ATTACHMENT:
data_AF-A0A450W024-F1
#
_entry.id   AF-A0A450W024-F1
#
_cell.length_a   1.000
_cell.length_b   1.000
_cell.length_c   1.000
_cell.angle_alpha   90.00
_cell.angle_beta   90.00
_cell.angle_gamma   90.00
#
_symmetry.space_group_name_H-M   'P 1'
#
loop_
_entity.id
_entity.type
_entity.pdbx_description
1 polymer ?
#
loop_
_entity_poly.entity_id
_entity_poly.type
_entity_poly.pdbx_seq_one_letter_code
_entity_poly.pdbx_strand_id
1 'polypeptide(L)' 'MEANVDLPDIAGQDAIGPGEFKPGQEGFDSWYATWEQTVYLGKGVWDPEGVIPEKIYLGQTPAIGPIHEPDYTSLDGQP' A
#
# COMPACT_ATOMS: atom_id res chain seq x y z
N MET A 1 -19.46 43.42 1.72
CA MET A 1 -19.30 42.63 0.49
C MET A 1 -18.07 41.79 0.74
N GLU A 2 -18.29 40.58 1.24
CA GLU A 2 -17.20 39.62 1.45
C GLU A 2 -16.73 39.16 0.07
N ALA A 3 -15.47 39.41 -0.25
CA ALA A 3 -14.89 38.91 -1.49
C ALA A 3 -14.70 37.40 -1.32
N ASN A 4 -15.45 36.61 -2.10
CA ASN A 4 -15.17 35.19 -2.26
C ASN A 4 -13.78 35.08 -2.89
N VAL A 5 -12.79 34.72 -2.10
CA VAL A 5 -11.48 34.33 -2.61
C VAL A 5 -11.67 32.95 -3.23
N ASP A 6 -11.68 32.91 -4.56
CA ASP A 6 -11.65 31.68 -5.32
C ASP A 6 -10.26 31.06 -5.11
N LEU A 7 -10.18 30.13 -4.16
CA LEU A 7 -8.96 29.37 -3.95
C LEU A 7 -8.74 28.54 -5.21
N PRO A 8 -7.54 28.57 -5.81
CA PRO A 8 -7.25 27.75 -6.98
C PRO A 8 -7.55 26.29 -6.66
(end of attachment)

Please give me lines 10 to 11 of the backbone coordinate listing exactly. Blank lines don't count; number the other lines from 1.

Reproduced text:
_cell.angle_gamma   90.00
#